If you are traveling on Interstate 79 North of Pittsburgh, you may notice the remnants of a set of off and on ramps at mile 100 just north of Exit 99 (US 422).  There's a story behind these ramps.  Forty years ago, these ramps were built specifically for two Boy Scout Jamboree's that were held at Moraine State Park - 1973 and 1977.  The ramps purpose were to provide access to the north shore of Lake Arthur where the bulk of the festivities and campsite for the Jamboree were located.  (Lawrence County Memories has a great write up and map of the festivities on its site.)

Not long after the Jamboree ended the ramps were abandoned.  There are still remnants of the Boy Scout Ramps today.



Above: Sattelite view of the Boy Scout Jamboree Ramps.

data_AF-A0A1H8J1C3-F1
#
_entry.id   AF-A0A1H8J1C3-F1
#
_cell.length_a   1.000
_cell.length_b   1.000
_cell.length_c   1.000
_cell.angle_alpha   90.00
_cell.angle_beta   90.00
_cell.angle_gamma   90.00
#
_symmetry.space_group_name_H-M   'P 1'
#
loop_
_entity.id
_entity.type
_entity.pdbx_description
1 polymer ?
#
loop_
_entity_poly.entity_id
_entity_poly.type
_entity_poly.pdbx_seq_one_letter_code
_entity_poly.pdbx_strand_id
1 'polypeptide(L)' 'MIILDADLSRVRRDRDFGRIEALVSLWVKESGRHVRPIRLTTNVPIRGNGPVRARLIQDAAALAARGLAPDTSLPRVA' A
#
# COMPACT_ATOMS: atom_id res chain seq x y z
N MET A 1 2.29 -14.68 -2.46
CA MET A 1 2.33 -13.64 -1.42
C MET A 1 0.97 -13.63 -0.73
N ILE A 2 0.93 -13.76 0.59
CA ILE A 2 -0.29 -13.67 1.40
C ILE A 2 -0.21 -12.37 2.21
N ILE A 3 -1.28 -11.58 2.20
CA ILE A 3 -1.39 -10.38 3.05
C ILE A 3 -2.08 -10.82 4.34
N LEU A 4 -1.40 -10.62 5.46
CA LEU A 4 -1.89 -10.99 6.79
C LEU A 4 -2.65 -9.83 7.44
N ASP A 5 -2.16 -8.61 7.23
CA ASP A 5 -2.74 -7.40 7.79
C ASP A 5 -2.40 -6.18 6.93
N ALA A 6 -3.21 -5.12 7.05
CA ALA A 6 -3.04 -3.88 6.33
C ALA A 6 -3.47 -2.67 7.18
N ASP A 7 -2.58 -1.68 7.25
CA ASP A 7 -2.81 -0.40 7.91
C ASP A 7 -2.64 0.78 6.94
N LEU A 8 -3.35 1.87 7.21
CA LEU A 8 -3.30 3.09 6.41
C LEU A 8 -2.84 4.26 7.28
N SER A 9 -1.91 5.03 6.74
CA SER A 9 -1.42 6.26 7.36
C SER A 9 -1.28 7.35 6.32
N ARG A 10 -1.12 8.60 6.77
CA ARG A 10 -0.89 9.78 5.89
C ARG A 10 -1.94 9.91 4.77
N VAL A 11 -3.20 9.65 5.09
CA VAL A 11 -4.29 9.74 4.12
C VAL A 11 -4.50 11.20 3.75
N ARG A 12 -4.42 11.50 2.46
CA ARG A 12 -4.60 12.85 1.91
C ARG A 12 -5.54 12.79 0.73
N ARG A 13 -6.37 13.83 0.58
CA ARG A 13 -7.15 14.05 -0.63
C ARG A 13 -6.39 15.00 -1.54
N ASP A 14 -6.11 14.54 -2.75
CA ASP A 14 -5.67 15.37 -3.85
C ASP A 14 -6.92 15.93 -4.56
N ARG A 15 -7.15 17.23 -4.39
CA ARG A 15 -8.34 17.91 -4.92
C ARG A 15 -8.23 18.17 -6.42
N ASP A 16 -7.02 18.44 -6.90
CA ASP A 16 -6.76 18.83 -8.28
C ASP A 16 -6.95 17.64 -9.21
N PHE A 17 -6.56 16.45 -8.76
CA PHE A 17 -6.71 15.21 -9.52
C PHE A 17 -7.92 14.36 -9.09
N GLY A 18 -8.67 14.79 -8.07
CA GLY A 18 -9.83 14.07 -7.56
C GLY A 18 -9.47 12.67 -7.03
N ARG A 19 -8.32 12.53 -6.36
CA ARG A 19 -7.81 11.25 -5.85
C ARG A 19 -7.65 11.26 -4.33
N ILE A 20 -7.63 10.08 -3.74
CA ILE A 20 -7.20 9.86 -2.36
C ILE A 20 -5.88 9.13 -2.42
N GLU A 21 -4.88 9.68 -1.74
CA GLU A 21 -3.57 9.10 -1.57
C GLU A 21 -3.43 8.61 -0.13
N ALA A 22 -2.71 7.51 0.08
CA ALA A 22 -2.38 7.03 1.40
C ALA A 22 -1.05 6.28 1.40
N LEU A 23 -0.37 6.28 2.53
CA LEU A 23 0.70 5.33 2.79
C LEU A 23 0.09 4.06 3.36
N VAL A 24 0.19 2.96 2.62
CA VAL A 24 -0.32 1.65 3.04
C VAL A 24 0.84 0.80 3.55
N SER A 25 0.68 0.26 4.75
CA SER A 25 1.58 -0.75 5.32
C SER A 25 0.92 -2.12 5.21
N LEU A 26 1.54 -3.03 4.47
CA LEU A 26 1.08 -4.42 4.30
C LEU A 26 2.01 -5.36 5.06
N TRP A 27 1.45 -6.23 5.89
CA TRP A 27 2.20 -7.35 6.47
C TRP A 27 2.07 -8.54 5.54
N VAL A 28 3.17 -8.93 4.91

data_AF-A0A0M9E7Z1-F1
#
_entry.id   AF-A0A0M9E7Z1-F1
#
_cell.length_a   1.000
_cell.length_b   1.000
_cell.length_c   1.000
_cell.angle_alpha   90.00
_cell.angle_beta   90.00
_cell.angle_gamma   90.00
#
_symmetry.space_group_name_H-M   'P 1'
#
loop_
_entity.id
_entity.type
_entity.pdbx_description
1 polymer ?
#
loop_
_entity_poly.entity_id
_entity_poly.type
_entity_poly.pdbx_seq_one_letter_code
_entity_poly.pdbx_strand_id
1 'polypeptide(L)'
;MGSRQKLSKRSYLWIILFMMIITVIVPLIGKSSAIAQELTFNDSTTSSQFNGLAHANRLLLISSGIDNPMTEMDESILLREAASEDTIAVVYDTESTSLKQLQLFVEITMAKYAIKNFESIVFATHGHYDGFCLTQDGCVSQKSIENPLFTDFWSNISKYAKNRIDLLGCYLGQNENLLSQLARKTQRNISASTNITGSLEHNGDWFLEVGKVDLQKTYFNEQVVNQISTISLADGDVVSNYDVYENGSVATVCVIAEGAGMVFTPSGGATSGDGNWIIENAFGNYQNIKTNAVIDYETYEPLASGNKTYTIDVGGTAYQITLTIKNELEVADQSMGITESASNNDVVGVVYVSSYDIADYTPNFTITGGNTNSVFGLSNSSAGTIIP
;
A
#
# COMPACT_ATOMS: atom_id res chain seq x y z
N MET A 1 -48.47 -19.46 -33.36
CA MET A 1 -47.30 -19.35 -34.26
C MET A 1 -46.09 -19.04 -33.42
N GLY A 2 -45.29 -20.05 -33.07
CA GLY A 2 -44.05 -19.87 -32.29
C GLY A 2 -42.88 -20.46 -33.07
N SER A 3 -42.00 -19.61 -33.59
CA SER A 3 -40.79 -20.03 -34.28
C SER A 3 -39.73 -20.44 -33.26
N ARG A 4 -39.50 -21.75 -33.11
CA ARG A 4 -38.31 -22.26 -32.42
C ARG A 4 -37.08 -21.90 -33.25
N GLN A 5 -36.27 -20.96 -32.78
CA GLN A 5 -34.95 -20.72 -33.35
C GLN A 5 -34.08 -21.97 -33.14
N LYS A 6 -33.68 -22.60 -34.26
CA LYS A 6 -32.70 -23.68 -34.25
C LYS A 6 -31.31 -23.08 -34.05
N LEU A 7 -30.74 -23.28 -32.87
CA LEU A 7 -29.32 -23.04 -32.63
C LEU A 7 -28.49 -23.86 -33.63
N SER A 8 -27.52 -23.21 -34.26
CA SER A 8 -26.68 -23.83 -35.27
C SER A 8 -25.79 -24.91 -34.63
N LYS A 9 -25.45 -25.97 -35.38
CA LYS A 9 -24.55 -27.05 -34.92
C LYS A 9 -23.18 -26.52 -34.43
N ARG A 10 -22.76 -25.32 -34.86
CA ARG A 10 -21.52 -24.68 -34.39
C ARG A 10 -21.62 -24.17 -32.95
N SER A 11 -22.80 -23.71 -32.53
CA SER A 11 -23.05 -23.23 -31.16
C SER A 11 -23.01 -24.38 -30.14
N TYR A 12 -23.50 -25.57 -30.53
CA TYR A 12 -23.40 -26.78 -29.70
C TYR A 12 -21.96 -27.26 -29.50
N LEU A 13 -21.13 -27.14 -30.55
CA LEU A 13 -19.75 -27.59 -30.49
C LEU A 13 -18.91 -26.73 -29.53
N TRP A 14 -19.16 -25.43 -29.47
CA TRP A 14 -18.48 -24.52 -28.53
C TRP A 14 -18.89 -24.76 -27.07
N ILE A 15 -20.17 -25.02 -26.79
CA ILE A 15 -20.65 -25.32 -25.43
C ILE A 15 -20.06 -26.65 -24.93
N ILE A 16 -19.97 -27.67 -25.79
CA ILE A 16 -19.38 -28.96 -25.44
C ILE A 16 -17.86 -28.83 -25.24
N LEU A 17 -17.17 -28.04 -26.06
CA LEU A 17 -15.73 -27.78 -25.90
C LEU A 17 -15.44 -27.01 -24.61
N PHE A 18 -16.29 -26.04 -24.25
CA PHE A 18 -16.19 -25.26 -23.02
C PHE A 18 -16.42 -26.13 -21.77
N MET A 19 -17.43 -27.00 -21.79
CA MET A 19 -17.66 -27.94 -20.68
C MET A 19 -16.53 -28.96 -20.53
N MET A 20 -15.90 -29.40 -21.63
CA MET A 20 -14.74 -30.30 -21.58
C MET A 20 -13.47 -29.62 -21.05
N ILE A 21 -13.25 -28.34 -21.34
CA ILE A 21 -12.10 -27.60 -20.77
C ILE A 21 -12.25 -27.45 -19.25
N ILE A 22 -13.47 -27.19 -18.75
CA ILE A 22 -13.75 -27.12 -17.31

Below: A view of the ramps from I-79 South.



The google street view image above gives a view along West Park Road of where the set of ramps intersected the highway.  The ramps provided direct access to North Shore Drive (which is the right tur…

The few clues of the Northern Durham Parkway

Sometimes when you look through a box of maps for the first time in five years, you come across something you may have easily over looked.  Such was the case when I found a 2004 (so rather recent) map of Raleigh.  This map was made by the Dolph Map Company for WakeMed.  In the Northwestern corner of Wake County, there were two items to the map showing roads that are still not in existence 13 years later.

The road is the Northern Durham Parkway - this is a proposed 19 mile highway from US 501 north of Durham to the Raleigh-Durham International Airport.  The first proposals for this highway date back to 1967 when Eno Drive-Gorman Road was listed on the Durham Area Thoroughfare Plan. (1)  Other proposals called the highway the Northwest and Northeast Durham Loop. (2)  The route would serve as a northern and eastern bypass of Durham almost serving as a near loop.  The route was fought vigorously for three decades by the Eno River Association citing concerns for the the Eno River, nearby n…